Liverpool & Scotland Star becomes Street Soccer Ambassador

Scotland captain Andy Robertson is today announced as an ambassador for Street Soccer Scotland.

The Liverpool defender joins the legendary former Manchester United manager, Sir Alex Ferguson, who became the charity’s first ambassador in 2010.

Speaking about his ambassadorship, Robertson said: “The positive influence football has on many of our lives should not be underestimated, especially during these difficult times. I’ve seen first-hand the amazing work that Street Soccer Scotland is doing to help those in need and it’s an honour to be an ambassador for an incredible charity that is playing a significant role in not only my hometown of Glasgow but across the whole country.”

As part of his involvement, Andy will be visiting players to hear more about the projects that are taking place, providing counsel and offering coaching and life advice to younger players and participants in the programmes.

“Whether you’re struggling financially or battling with your mental health or an addiction, it’s so important to know there is help out there,” he added. “I hope to shine a light on the vital services that Street Soccer Scotland is doing to help people day in, day out, and help as many people as I can through the power of football.”

David Duke, Founder and CEO of Street Soccer Scotland, believes the involvement of the English Premier League and UEFA Champions League winner will have a significant impact on the those seeking to overcome personal barriers.

“We are delighted to welcome Andy to the Street Soccer family. I’ve worked with him a lot over the last few months – he is a good guy with a big heart. He’s always looking for ways to get involved in the community and give back to those who need it the most, so it’s brilliant to officially have him on board in an ambassador role.”

David added: “Before lockdown, we were delivering over 40 weekly programmes in Glasgow, Edinburgh, Dundee and Aberdeen. When the restrictions were announced, we knew the devastating impact this could have on our players without the social interaction they were getting through football, especially on their mental health, so we assessed what we could do to make sure they were safe, secure, healthy and connected.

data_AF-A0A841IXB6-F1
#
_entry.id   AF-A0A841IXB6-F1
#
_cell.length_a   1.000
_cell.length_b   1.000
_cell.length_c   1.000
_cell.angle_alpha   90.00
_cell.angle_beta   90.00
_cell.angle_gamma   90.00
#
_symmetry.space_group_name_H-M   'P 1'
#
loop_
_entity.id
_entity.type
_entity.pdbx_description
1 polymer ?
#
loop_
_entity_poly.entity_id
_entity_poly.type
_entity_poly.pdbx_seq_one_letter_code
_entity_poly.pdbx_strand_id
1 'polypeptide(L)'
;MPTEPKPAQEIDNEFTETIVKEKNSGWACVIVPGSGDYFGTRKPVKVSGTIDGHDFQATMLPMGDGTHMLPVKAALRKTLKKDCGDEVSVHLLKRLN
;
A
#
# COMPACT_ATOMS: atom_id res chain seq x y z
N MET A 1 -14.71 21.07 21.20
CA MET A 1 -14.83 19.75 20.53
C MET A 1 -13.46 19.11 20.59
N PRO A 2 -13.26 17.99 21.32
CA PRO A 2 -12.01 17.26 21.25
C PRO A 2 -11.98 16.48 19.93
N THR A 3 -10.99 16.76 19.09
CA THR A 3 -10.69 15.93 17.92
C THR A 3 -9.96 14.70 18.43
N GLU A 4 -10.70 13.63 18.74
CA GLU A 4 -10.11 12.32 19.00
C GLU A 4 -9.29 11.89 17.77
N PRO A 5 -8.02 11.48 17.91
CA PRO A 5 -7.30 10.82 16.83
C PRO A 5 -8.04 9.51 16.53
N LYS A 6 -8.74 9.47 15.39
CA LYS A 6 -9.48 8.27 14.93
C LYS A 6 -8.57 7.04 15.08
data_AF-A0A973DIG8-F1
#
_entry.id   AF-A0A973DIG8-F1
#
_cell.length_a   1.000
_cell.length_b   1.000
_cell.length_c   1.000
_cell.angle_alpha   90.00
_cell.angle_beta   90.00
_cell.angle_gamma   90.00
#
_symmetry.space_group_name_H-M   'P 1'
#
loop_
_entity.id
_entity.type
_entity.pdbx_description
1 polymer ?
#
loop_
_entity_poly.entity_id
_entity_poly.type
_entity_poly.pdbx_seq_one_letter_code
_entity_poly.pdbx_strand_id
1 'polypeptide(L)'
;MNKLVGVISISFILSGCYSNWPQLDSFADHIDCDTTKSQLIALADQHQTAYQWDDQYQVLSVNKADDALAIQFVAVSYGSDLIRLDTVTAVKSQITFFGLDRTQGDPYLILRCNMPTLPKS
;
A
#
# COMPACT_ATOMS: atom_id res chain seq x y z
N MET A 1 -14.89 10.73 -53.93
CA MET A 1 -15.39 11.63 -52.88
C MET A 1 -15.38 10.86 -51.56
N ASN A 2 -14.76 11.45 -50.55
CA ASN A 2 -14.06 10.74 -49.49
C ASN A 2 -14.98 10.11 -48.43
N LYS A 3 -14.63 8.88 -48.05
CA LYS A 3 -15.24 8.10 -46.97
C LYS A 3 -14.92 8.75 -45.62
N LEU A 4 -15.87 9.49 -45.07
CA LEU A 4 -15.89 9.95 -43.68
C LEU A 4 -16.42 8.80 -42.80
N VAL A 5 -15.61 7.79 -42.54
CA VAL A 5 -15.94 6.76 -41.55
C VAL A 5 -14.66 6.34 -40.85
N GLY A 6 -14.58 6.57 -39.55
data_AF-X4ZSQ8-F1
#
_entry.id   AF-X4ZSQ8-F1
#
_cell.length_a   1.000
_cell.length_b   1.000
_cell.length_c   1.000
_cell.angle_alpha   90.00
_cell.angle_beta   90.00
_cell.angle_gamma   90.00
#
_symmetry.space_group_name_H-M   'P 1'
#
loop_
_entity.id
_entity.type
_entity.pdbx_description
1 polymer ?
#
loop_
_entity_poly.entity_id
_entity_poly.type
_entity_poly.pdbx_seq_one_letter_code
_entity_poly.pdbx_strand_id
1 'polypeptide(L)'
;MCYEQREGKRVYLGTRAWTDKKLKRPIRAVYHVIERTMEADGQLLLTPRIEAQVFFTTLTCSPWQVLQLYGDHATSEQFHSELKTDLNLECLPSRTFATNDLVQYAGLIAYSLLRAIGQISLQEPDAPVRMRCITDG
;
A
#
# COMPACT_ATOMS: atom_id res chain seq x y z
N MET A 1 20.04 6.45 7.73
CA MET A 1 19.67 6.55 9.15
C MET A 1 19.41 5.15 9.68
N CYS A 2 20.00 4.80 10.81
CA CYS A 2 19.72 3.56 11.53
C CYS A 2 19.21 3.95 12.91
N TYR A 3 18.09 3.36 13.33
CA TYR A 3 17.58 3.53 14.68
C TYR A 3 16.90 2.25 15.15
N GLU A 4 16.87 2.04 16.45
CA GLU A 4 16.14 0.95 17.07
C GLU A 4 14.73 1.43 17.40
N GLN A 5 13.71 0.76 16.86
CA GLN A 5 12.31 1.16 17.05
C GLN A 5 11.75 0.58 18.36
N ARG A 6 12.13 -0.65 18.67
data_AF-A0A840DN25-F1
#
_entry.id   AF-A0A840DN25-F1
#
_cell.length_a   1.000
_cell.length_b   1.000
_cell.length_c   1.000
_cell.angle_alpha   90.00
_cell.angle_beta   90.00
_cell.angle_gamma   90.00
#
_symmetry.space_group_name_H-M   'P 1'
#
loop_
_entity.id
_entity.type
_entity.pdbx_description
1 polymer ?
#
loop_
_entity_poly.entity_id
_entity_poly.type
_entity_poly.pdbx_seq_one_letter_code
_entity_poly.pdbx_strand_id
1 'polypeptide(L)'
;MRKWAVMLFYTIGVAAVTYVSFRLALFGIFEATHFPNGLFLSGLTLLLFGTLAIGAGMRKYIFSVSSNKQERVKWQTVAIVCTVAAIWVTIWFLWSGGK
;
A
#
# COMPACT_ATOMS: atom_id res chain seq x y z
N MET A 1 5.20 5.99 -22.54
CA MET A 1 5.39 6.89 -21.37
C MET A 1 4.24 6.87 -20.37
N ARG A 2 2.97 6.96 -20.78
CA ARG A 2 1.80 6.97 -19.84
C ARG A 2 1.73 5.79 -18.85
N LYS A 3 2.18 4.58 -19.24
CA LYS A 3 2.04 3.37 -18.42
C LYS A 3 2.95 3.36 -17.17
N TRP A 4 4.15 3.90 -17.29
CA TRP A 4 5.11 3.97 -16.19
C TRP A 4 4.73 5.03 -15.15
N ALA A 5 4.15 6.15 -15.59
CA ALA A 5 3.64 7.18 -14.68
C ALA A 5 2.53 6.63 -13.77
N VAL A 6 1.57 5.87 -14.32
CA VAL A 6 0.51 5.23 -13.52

“We have a player-first approach – their wellbeing is at the heart of everything we do. We set up a hardship fund so if there was something that one of our players desperately needed, we could help them as best we can. We sent them regular food deliveries and gave them smartphones that were loaded with data so we could host Zoom calls and invite them to WhatsApp groups, as well as meeting up for socially distanced walks whenever we could.”

Street Soccer Scotland has been able to set up regular football drop-in sessions for adults and youth programmes again, as well as hosting weekly women’s only fitness sessions and football lessons. Street Soccer Scotland is also delivering training and personal development courses to help players upskill and seek employment.

“None of this would be possible without the amazing support we receive from individuals and organisations,” said Duke. “The devastating impact of COVID-19 is ongoing with more and more people being made redundant and finding it extremely difficult to secure a job, so we’re extremely grateful to everyone who has continued to support Street Soccer Scotland throughout this challenging time.”

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